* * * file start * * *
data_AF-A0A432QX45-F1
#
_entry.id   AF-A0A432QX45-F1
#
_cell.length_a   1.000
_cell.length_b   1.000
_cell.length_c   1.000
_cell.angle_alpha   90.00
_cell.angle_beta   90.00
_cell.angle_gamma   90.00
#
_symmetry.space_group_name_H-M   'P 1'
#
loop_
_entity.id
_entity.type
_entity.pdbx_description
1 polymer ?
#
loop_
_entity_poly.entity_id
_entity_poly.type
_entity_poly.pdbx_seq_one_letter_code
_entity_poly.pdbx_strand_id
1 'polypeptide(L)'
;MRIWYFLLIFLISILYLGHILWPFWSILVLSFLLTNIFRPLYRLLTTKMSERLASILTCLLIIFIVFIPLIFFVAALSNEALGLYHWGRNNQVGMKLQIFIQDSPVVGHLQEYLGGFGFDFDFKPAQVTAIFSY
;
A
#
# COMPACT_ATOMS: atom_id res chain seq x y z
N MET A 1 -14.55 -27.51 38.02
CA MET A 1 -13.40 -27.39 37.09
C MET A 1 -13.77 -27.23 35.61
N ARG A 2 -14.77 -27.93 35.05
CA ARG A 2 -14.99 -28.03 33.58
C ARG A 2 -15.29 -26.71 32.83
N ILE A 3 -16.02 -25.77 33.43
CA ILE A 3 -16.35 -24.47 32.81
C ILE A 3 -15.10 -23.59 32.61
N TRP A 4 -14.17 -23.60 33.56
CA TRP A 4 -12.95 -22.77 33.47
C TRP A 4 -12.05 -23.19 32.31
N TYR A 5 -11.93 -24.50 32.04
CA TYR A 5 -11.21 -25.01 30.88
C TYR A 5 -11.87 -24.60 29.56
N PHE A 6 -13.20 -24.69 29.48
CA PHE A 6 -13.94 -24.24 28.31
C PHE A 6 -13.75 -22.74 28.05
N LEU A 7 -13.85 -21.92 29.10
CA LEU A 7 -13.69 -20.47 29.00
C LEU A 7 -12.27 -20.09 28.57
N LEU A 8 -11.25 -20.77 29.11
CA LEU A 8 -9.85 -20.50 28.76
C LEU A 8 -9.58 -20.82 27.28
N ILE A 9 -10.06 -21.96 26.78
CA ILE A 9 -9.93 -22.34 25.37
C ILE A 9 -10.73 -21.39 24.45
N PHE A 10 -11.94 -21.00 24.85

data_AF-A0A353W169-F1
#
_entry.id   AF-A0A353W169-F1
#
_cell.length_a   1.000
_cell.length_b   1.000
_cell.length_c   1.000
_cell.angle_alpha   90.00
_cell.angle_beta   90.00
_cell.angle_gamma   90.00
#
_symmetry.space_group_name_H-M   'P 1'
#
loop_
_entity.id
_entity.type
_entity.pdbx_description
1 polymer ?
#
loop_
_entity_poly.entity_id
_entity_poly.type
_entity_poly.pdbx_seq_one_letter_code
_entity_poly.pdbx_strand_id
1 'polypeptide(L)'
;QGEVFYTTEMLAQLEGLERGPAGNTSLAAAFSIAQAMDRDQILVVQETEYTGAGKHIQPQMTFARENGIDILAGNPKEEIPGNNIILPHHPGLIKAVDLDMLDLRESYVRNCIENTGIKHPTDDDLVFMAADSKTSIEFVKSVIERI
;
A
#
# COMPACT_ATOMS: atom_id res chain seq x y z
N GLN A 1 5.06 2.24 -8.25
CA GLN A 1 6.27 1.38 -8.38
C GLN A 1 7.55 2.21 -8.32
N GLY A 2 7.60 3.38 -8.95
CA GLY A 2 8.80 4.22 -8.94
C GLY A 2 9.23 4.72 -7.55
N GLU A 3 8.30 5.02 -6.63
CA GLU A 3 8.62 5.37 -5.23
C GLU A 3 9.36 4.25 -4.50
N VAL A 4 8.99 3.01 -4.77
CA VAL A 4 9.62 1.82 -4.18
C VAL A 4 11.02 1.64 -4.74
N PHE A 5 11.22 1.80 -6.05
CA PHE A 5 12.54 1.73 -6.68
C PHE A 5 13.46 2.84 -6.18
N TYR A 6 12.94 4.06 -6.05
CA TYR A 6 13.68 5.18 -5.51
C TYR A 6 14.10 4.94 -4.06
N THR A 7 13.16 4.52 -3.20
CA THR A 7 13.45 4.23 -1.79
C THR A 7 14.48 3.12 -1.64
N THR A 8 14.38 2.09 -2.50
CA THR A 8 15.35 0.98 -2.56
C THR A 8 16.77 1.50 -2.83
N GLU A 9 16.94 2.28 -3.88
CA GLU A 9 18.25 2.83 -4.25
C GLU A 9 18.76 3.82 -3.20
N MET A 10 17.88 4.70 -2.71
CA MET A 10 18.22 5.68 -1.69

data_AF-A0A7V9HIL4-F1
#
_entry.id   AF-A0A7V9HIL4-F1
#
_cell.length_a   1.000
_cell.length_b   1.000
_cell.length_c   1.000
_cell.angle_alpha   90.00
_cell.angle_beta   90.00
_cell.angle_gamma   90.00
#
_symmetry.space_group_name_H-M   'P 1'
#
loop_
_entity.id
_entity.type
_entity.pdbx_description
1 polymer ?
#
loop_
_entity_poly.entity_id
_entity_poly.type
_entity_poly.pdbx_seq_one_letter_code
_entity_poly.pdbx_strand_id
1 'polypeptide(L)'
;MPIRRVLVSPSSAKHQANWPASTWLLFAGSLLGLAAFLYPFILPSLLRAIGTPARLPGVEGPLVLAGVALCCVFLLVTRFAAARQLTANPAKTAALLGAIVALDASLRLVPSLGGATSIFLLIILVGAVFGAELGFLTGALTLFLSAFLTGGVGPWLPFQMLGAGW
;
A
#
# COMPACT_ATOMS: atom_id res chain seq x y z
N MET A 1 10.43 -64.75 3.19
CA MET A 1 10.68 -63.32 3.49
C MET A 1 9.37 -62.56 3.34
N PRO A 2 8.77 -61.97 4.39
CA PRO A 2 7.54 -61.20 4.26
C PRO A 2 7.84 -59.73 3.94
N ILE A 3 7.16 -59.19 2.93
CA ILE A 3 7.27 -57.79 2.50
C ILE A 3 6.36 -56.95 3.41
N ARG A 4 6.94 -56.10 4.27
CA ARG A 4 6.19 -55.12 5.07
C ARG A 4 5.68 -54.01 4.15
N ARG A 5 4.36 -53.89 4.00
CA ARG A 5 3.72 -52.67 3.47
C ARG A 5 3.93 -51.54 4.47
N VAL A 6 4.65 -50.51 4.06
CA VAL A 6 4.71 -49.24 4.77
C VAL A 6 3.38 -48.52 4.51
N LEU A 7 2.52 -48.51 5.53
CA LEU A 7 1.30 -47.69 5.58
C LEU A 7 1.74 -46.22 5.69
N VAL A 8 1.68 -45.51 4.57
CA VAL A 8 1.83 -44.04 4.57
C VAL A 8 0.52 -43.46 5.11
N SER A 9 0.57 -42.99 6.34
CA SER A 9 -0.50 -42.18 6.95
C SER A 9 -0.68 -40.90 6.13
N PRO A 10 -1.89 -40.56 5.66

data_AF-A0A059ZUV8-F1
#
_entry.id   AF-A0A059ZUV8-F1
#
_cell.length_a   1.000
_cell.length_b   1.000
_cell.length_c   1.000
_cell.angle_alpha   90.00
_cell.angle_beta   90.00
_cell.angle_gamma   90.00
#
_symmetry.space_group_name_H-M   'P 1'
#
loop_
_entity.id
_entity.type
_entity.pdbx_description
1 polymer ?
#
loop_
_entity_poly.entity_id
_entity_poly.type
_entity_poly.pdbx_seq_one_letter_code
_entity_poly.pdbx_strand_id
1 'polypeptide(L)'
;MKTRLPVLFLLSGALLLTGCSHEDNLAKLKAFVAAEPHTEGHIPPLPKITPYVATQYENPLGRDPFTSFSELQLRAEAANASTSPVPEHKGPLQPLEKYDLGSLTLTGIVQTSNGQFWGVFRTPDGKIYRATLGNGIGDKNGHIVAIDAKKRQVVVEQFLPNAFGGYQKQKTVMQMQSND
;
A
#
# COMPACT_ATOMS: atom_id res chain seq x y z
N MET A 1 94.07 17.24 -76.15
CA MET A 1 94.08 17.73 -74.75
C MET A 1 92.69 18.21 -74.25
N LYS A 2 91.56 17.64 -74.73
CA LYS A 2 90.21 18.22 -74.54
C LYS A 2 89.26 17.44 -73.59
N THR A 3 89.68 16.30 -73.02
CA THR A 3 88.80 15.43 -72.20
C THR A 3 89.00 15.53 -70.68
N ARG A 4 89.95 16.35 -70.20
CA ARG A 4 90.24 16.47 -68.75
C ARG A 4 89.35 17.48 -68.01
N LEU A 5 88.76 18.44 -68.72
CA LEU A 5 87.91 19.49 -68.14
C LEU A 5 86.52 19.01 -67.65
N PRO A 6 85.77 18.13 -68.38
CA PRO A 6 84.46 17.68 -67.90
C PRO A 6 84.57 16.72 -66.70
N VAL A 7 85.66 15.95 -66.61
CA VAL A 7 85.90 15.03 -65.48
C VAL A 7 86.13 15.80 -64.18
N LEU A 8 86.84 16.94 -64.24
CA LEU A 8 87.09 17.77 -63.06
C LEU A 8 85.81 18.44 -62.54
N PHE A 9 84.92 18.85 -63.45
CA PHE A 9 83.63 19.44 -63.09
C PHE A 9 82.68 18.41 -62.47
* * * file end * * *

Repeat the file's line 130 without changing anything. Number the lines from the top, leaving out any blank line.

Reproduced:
#